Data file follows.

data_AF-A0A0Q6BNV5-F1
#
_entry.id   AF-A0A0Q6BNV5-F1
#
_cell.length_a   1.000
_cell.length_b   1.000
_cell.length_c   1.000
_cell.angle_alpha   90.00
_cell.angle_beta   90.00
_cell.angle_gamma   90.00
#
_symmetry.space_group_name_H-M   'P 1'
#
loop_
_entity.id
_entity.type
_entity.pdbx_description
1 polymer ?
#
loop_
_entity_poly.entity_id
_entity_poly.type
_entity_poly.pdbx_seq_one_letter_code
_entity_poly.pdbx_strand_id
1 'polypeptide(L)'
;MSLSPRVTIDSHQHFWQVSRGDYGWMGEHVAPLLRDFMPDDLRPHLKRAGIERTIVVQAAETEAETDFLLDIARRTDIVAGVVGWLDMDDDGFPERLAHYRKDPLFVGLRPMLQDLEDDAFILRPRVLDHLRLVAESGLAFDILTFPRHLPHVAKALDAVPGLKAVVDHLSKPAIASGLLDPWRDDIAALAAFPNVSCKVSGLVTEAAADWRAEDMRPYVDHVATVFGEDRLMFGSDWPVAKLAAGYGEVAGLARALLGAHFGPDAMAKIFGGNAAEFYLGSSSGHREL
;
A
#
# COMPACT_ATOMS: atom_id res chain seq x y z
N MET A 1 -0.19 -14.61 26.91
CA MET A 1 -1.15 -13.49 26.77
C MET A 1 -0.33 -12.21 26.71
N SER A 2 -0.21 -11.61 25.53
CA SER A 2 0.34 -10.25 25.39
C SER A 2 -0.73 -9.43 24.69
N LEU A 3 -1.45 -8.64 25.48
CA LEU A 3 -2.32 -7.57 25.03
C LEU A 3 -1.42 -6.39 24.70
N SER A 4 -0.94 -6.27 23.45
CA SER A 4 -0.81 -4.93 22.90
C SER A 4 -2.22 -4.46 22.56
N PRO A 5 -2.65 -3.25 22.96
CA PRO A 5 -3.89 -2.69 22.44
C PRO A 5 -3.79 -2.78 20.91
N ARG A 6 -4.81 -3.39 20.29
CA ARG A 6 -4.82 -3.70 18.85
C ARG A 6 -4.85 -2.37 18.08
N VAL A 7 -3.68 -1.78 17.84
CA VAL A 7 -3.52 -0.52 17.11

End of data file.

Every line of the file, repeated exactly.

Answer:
data_AF-A0A0Q6BNV5-F1
#
_entry.id   AF-A0A0Q6BNV5-F1
#
_cell.length_a   1.000
_cell.length_b   1.000
_cell.length_c   1.000
_cell.angle_alpha   90.00
_cell.angle_beta   90.00
_cell.angle_gamma   90.00
#
_symmetry.space_group_name_H-M   'P 1'
#
loop_
_entity.id
_entity.type
_entity.pdbx_description
1 polymer ?
#
loop_
_entity_poly.entity_id
_entity_poly.type
_entity_poly.pdbx_seq_one_letter_code
_entity_poly.pdbx_strand_id
1 'polypeptide(L)'
;MSLSPRVTIDSHQHFWQVSRGDYGWMGEHVAPLLRDFMPDDLRPHLKRAGIERTIVVQAAETEAETDFLLDIARRTDIVAGVVGWLDMDDDGFPERLAHYRKDPLFVGLRPMLQDLEDDAFILRPRVLDHLRLVAESGLAFDILTFPRHLPHVAKALDAVPGLKAVVDHLSKPAIASGLLDPWRDDIAALAAFPNVSCKVSGLVTEAAADWRAEDMRPYVDHVATVFGEDRLMFGSDWPVAKLAAGYGEVAGLARALLGAHFGPDAMAKIFGGNAAEFYLGSSSGHREL
;
A
#
# COMPACT_ATOMS: atom_id res chain seq x y z
N MET A 1 -0.19 -14.61 26.91
CA MET A 1 -1.15 -13.49 26.77
C MET A 1 -0.33 -12.21 26.71
N SER A 2 -0.21 -11.61 25.53
CA SER A 2 0.34 -10.25 25.39
C SER A 2 -0.73 -9.43 24.69
N LEU A 3 -1.45 -8.64 25.48
CA LEU A 3 -2.32 -7.57 25.03
C LEU A 3 -1.42 -6.39 24.70
N SER A 4 -0.94 -6.27 23.45
CA SER A 4 -0.81 -4.93 22.90
C SER A 4 -2.22 -4.46 22.56
N PRO A 5 -2.65 -3.25 22.96
CA PRO A 5 -3.89 -2.69 22.44
C PRO A 5 -3.79 -2.78 20.91
N ARG A 6 -4.81 -3.39 20.29
CA ARG A 6 -4.82 -3.70 18.85
C ARG A 6 -4.85 -2.37 18.08
N VAL A 7 -3.68 -1.78 17.84
CA VAL A 7 -3.52 -0.52 17.11